In the parlance of the con operator, the little game is a class of confidence game which can apply to both the long and short cons.

The defining characteristic of the little game is that the mark (i.e. the victim) is led, through craft or finesse or by his own gullibility, into believing that he can benefit from or take advantage of a special condition (which he often believes is a secret he or only a few people are aware of), and therefore he willingly gives his own money into the hands of the con. The big game, which includes the little game, is the con itself.

An Illustration:

A bare bones example of this is a card trick known as Black Gold, the Palatine Pass, The Heat, or any number of other flamboyant names.

The dealer lets the mark examine a deck of legitimate playing cards to his satisfaction, and then the mark is asked to take a card from the deck—but the dealer uses a force (any of a number of methods to force the mark to take a particular card instead of making a truly random selection). The mark believes he is the only one who knows what card he has chosen. The dealer knows better.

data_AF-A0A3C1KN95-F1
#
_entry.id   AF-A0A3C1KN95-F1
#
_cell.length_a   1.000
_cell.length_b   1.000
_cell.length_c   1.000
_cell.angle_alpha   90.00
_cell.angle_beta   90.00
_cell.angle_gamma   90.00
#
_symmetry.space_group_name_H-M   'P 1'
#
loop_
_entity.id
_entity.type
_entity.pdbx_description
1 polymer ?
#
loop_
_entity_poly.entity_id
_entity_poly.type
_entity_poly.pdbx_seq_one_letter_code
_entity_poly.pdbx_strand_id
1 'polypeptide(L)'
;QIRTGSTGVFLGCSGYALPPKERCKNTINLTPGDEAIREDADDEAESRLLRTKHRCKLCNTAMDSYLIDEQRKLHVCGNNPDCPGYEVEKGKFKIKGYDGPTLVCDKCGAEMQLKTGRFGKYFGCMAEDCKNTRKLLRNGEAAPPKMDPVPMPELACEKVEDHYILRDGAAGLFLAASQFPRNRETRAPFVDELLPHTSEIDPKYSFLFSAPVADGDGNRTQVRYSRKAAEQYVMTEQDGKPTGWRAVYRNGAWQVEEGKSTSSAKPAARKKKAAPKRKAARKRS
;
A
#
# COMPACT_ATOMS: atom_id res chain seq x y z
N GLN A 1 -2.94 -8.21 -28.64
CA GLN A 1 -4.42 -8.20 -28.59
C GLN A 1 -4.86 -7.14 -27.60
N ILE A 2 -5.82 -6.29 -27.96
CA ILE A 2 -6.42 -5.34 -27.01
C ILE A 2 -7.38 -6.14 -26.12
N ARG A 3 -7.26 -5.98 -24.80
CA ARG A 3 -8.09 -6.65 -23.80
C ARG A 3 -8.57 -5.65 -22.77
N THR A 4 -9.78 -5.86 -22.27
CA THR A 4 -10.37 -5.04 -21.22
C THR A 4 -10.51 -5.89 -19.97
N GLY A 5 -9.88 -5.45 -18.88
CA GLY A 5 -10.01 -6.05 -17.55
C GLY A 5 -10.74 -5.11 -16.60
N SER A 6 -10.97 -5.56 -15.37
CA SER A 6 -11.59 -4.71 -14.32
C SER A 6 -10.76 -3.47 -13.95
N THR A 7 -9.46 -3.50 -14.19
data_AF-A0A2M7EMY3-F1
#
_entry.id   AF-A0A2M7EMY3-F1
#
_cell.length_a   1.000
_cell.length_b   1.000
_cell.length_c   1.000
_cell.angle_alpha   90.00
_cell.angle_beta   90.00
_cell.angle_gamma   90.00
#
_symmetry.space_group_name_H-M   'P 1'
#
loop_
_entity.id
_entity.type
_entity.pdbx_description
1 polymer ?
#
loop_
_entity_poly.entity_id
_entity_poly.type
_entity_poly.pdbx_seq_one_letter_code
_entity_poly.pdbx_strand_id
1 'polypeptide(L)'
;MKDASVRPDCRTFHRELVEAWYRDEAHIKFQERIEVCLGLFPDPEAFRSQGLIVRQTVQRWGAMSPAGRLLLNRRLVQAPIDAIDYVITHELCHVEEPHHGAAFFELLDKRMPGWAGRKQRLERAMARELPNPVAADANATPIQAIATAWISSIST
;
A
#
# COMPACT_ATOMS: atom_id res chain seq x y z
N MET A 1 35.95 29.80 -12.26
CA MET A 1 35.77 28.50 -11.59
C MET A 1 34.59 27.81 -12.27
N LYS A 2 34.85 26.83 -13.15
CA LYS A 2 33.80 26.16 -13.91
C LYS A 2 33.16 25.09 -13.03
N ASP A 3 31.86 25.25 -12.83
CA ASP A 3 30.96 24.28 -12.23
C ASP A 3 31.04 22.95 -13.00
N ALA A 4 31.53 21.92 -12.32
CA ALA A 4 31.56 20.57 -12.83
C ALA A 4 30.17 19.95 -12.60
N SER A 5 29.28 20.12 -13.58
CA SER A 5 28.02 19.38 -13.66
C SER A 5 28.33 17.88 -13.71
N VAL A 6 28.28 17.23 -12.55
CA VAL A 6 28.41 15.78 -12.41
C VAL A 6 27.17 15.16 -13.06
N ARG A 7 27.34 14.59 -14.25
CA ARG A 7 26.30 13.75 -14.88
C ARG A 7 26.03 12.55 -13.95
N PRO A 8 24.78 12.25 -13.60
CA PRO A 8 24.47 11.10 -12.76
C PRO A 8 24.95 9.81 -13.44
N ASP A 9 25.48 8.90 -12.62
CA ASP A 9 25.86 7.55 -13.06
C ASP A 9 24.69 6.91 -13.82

The mark looks at the card and the dealer hands the rest of the deck to the mark and asks him to shuffle it well. The dealer then deals the cards out face up until he reaches the mark's card, and then he deals out five extra cards, also face up.

With his thumb on the next card in the deck, the dealer declares, "I will bet you $20 that the next card I turn over will be your card." At this point, since the mark can see his card, face up and in plain sight, he is likely convinced that the bet is a sure thing. If he is sufficiently gullible, he will take the dealer's bet. The dealer and the mark each place $20 on the table.

At this point, the dealer stings. Instead of taking a card from the top of the deck in his hand, he turns over the mark's card, which is face up on the table. The dealer then collects his money from the table and the transaction is concluded.

While this is not a particularly useful con for serious grifters, it does demonstrate the aim of the little game: to create the belief in the mark that he can place his money down on a sure thing, while, in reality, the little game is always under the con's control.

While to many philologists and criminologists the little game represents the quintessence of the confidence game, there are a broad range of confidence games which do not require a little game.

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